‘Shut off your targeting systems and eyeball the next four,’ she ordered. ‘Fire on my mark.’ It would take a fair amount of luck to hit a TIE fighter that way, but at least, a non-targeted missile would not warn the pilot in any way. Gawky had used that trick to shoot down a TIE fighter trailing her in the battle of Yavin—Gawky, who’d survived all the TIEs, but then had been caught in the explosion of the Death Star. This one’s for you, Gawk, she thought fiercely as she carefully took aim at the foremost TIE without warning off his missile alert.

‘Mark!’ she shouted, and another salvo of torpedoes, this one utterly unexpected by the TIEs, who had waited for their warning systems to react, raced towards the Imperial fighters. Two blew up immediately, Samica saw, hit by her torpedo as well as Alden’s. The other two raced through the ranks without inflicting damage, since the non-targeted torps had no mark they could follow, but it had been enough for the TIEs to break formation and scatter.

‘Three flight, engage,’ Samica said, veering off to pursue a pair of fighters that were still on course for the freighters the Y-wings had to protect, Gordon right behind her. Switching over to laser fire once again, she left the configuration of her deflector shields to Imp, which had handled these things very efficiently in the past. She assigned one of the two fighters to Gordon and targeted the other one, when a red streak flashed past her ship, passed the first TIE and off into space.

‘Whoops, I was still on torps,’ Gordon remarked.

‘Ten thousand Alliance credits wasted, Ten,’ she answered, and fired. The TIE avoided her fire, but chose to break out and abandon his course for the time being, which had been what she’d wanted. The other, apparently unperturbed at having been targeted by a torpedo, stayed on a direct course for the transport group at the moon.

‘We separate, Ten,’ Samica told Gordon.

‘I copy,’ his reply came back, very tersely, and he started after the TIE. Samica brought her Y-wing around to head for the first fighter when Imp screamed a warning at her, and she barely managed to evade a green laser beam going past her ship. Dead centre of her rear sensor screen, she saw a red dot, a TIE that had peeled off from the others to cover the squad mate she was chasing after. Samica swore again. She knew it was no use asking any of the others for help; they were busy enough as it was, and most likely, she was not the only one engaging two enemies at once. Still, being sandwiched between two TIE fighters was not her idea of favourable odds.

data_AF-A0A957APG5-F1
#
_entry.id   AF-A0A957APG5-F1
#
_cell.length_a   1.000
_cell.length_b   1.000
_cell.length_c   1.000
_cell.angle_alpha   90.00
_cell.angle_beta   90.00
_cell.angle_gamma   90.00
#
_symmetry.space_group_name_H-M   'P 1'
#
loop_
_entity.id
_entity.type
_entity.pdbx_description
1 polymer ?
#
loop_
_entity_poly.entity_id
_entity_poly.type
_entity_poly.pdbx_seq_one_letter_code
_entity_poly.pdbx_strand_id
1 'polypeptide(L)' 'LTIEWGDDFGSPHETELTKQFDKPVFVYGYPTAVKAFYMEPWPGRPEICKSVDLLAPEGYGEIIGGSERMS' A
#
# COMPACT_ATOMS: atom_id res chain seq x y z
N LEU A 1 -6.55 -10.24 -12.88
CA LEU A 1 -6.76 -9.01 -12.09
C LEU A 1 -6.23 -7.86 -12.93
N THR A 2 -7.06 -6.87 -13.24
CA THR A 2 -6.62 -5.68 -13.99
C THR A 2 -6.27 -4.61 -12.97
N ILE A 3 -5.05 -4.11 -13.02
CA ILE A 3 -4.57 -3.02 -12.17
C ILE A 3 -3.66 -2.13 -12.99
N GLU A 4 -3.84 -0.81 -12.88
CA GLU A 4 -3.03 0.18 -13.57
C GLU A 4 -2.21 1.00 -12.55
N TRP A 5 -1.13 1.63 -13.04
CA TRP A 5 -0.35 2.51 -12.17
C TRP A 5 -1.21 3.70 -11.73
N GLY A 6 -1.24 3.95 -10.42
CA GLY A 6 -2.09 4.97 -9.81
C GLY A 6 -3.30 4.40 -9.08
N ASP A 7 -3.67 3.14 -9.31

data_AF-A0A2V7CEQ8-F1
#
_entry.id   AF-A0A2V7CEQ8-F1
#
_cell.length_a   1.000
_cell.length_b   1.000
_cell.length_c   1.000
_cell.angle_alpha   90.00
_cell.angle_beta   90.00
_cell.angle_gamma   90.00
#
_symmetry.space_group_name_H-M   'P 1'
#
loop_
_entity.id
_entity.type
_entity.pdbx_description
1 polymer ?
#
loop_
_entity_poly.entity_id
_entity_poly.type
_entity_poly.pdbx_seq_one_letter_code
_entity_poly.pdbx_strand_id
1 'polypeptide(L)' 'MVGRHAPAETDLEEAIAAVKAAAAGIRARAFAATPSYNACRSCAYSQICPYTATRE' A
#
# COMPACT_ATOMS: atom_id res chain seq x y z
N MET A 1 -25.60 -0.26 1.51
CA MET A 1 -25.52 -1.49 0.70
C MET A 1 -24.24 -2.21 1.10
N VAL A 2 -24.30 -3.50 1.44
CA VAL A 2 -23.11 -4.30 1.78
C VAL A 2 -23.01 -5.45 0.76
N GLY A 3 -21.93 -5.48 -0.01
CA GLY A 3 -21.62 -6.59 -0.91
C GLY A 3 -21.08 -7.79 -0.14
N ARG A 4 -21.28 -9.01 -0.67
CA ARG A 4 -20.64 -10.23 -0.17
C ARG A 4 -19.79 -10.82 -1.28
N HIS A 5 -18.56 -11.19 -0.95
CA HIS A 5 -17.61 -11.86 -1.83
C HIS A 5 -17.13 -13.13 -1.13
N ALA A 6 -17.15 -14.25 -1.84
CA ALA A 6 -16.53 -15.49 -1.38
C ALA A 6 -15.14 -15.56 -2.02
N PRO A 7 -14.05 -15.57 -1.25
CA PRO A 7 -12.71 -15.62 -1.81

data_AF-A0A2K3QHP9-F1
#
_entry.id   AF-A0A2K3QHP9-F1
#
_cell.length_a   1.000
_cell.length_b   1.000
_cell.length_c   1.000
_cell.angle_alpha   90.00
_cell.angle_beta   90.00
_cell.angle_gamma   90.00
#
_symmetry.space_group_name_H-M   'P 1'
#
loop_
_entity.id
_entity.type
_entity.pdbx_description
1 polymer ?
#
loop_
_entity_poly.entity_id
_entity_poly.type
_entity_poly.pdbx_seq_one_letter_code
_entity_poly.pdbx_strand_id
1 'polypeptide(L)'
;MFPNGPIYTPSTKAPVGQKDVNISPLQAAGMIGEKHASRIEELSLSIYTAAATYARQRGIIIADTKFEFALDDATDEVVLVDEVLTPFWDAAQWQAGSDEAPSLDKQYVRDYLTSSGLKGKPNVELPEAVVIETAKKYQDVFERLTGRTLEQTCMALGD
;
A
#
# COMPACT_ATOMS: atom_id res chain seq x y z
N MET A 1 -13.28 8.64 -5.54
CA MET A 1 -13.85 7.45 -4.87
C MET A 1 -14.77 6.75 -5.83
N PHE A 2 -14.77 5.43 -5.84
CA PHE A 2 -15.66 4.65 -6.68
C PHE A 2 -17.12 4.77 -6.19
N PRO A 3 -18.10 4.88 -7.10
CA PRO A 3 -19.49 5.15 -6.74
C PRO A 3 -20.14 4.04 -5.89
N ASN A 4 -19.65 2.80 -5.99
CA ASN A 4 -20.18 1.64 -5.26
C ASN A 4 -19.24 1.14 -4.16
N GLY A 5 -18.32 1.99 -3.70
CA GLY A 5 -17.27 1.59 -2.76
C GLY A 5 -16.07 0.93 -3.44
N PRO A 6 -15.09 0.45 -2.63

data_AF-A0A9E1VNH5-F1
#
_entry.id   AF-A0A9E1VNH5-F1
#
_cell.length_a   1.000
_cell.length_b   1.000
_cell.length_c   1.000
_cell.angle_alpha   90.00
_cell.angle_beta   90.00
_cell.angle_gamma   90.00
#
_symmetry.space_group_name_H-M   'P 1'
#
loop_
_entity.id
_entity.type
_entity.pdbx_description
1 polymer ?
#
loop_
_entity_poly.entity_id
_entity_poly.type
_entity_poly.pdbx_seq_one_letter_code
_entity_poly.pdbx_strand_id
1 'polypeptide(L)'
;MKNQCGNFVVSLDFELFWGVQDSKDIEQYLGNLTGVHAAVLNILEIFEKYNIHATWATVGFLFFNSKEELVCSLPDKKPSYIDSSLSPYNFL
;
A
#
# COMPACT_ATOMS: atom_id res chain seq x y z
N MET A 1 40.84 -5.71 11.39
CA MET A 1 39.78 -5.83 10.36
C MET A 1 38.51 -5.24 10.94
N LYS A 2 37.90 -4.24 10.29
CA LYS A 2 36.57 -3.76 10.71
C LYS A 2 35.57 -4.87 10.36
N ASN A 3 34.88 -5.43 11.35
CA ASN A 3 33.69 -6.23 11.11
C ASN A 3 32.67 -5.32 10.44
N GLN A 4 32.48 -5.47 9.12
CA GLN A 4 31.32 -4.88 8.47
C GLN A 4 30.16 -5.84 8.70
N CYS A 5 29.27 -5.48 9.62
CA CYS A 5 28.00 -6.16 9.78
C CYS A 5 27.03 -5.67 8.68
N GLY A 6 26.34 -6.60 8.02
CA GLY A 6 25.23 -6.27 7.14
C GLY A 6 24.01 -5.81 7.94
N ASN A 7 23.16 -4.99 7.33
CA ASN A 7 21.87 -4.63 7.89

She knew her best chance to get out of this was to take the one behind her first, but that meant she had to let the other get away, at least temporarily.

‘Imp, calculate his speed and tell me when he can be in firing range of the freighters,’ she said. At the same time, she jinked to present less of a target to the attacker behind her.

Imp whistled, and she read his answer on her screen. TWO MINUTES, TWENTY-FIVE SECONDS, the droid answered. Samica nodded. Even if she came to the freighters’ rescue a bit later than that, they’d be able to withstand laser fire for a minute or so, and she wouldn’t be of any help to them if she let herself be shot down by two TIEs now.

She let the one in front of her go and brought her snubfighter around in the direction of attack in as tight a circle as the heavy craft could manage. The TIE pursuing her got off a quick, hurried shot at her, which pounded off her shields, but fortunately for her, Imp had put all deflector strength aft, and they held. Her attacker hadn’t been able to compensate for her sudden change of direction, and was suddenly next to her, while she flew a ‘scissors’ manoeuvre to force him in front. He reversed hard, denying her the initiative, and then came around once again, but she throttled her speed and ended up behind him. His rear was before her lasers for no more than two seconds, but that was enough, and she fired. The laser beams hit him squarely in the ball-shaped cockpit, and the TIE spun out of control, blowing up several seconds later.

One down, one to go.

While she picked up speed again to catch the other TIE that was now heading directly for the transports, she took the luxury to check the overall situation. Lawal had been forced to retreat from the fight, his fighter heavily damaged, but the TIEs had had more important things to do than finish him off, as two of them were now heading for her. Gordon and Alden were still locked in dogfights with three more TIEs, so she could not expect any immediate help from them, either. She saw that both their ships had sustained damage.

The TIEs were still more than three klicks away, so she decided to go after her initial target first, hoping one of the others would be able to help her soon enough. Her prey had almost reached the transports.

The TIE pilot had seen her coming, fired into the freighters a few times, then broke off his attack to deal with her first. They raced towards one another head-on, but Samica couldn’t fire; he was directly in front of the Erevon group, and she couldn’t afford to miss. Already, one of the larger ships had taken enough damage to reduce its shields to almost zero.

The Imperial was under no such restrictions, though, and began to fire as soon as she was in range. Quickly, Samica made sure that Imp had focused her shields forward—which he had—then jinked, but stayed on a collision course, to force him to break first. If he didn’t—she would survive a head-on collision with a TIE fighter; he would not.

Two of the laser blasts hit her, one bouncing off her deflectors, the other slamming right into them and frying them. Imp let out a shrill wail, and she ground her teeth. No way the Imperial would take the chance and risk collision . . . but if he did, she’d have to react really fast.